Chances increasing for new Atlantic tropical system prior to July
AccuWeather meteorologists are watching an area in the Atlantic Ocean that could eventually become the next organized tropical system.
The tropical Atlantic has remained quiet since Tropical Storm Alex came and went at the start of June. And while the first month of the season is typically less active than the latter stages of hurricane season, the current year is tracking well behind the prolific pace of the 2020 and 2021 seasons.
There are signs that an uptick in activity could occur before July, AccuWeather forecasters say. Meteorologists have been keeping a close eye on a series of disturbances and will continue to do so in the coming days and weeks.
Dry air, dust and stiff straight-line breezes have been extensive over much of the tropical waters of the Atlantic for the past several days. The conditions have made it too hostile for tropical disturbances to organize and strengthen into more potent systems.
The disturbances, known as tropical waves, represent weak areas of low pressure and rain squalls that move westward just north of the equator. When these waves are able to strengthen with an increase in winds and drop in pressure, a tropical depression or storm can be born.
In this image of the tropical Atlantic taken on Friday, June 24, 2022, vast areas of dust (brown) can be seen. South America appears on the lower left with Africa on the upper right. There has been a significant uptick in clouds, showers and thunderstorms (center and right) despite the dry air. At least one of the disturbances in this moist zone could develop into a tropical system in the coming days. (GOES-East/NOAA)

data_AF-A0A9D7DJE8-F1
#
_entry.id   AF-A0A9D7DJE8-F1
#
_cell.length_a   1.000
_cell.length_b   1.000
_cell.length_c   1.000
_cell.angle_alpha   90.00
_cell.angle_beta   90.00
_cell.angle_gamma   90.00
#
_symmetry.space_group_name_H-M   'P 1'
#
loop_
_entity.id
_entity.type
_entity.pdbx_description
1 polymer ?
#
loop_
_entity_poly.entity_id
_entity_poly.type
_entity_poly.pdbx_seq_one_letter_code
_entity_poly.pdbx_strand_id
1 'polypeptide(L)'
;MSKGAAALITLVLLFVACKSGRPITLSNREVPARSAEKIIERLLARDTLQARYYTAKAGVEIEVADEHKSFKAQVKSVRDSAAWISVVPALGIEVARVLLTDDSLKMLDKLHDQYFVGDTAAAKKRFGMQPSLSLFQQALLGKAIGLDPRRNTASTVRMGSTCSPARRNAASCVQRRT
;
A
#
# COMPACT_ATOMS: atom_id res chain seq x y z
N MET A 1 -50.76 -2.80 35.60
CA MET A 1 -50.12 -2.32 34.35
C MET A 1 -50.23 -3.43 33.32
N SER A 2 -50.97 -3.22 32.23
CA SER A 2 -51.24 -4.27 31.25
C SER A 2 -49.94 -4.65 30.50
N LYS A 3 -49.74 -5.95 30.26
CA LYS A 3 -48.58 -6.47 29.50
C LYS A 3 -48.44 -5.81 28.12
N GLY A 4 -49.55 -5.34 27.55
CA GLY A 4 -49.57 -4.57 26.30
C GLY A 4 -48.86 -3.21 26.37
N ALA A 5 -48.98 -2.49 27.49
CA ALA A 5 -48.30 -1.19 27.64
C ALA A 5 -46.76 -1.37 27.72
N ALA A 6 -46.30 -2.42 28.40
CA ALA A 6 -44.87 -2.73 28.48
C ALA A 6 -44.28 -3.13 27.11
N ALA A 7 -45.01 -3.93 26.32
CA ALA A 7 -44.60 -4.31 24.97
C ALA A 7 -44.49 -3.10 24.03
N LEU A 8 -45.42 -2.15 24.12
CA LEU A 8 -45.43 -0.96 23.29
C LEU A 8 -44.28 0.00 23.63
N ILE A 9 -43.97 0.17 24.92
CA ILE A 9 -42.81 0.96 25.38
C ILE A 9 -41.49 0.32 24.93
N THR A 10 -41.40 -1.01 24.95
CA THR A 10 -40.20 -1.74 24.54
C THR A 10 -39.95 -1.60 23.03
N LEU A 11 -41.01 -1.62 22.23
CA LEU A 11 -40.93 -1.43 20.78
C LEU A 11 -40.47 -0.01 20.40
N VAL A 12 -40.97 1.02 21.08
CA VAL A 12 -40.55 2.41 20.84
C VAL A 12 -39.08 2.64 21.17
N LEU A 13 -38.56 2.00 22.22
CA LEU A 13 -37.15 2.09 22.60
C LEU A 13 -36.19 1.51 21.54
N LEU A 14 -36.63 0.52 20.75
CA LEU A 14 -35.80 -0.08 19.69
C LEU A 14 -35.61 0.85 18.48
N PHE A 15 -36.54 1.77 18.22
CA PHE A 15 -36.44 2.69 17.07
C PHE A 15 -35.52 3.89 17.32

In addition to the dry air, dust and wind shear acting as deterrents, the tropical wave train is likely to stay very close to the equator this month and into early July. As a result, the waves will not get natural assistance from the physical effects of the Earth, unless they manage to drift farther to the north and away from the equator.
However, the fact that the wave train is so far south, and away from some of the dust and dry air, may allow at least one of these fledgling systems to survive while crossing the Atlantic.
"One particular wave that emerged from Africa last week has a weak wave running a couple of days ahead," AccuWeather Senior Meteorologist Dan Pydynowski said. "This weak system is helping to push some of the dry air out of the way so that the air is moister in the path of the stronger wave while crossing the Atlantic through the weekend."
The National Hurricane Center has labeled this disturbance Invest 94L, a generic label that is given to tropical waves that are being monitored for further development.
The tropical wave may face another hurdle: the massive land mass of South America.
"In order for the tropical wave to have a better chance of organizing, it may have to shift farther to the north and over the open waters of the Caribbean Sea," Pydynowski said.
It is possible the system may encounter a more moist atmosphere with less dust and wind shear around the Caribbean, according to Pydynowski, who stated that the best chance of development to a tropical depression or storm may not occur until next week.
Even though conditions are becoming more favorable for development at this time, there is no guarantee a depression or tropical system will take shape.
However, there is another potential system closer to home that AccuWeather meteorologists will be keeping an eye on, which may form over the northwestern Gulf of Mexico. Ultimately, given that this system has yet to form, the odds of a depression or named storm developing are relatively uncertain. Nevertheless, should the future system track westward toward the Texas coastline as steering breezes would indicate, heavy but beneficial rain would be a possibility.
There have been no named storms in the Atlantic since Alex dissipated on June 6. The next storms that forms in the basin will be called Bonnie and Colin.
Regardless of whether the systems develop or not, AccuWeather's team of tropical weather meteorologists, headed by Hurricane Expert Dan Kottlowski, expects an above-average season and above-average direct impacts on the U.S. for 2022. The team remains concerned that there could be one or more significant impacts on Puerto Rico, the Virgin Islands and the southeastern U.S. mainland this season.
Even though the Atlantic tends to remain relatively quiet during July and early August, the number of tropical storms and hurricanes tends to increase quickly later in August and during the middle of September. Hurricane season does not officially end until Nov. 30.
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